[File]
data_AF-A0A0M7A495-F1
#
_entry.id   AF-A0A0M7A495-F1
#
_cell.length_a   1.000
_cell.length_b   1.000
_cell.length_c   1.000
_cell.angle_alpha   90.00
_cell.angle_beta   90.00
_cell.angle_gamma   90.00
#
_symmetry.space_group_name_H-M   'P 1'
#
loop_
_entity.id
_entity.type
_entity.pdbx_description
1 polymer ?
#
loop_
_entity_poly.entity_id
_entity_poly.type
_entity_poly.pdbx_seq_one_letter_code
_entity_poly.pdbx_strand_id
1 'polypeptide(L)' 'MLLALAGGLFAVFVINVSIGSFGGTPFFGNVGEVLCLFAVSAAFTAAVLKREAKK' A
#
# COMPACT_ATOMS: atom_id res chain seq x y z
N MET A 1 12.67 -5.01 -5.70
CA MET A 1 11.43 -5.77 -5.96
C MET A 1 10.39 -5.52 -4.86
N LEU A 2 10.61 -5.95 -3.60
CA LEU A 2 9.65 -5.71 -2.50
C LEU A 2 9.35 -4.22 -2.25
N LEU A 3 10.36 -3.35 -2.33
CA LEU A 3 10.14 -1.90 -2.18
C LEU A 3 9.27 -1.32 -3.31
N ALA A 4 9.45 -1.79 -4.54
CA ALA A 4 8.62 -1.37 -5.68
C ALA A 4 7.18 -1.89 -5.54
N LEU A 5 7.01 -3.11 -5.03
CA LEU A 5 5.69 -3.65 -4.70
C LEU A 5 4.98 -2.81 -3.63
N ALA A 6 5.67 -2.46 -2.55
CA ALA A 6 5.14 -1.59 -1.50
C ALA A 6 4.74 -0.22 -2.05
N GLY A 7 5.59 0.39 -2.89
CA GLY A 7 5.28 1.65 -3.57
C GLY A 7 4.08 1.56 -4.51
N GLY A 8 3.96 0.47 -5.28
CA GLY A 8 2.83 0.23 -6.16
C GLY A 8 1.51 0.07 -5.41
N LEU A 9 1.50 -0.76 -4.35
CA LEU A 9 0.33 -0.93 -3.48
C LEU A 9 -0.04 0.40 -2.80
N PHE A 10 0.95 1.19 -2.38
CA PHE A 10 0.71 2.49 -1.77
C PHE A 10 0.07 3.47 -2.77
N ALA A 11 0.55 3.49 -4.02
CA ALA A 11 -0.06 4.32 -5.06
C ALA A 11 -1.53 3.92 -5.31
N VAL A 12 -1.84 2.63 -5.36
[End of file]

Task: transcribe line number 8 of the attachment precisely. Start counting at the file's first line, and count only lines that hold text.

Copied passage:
_cell.angle_alpha   90.00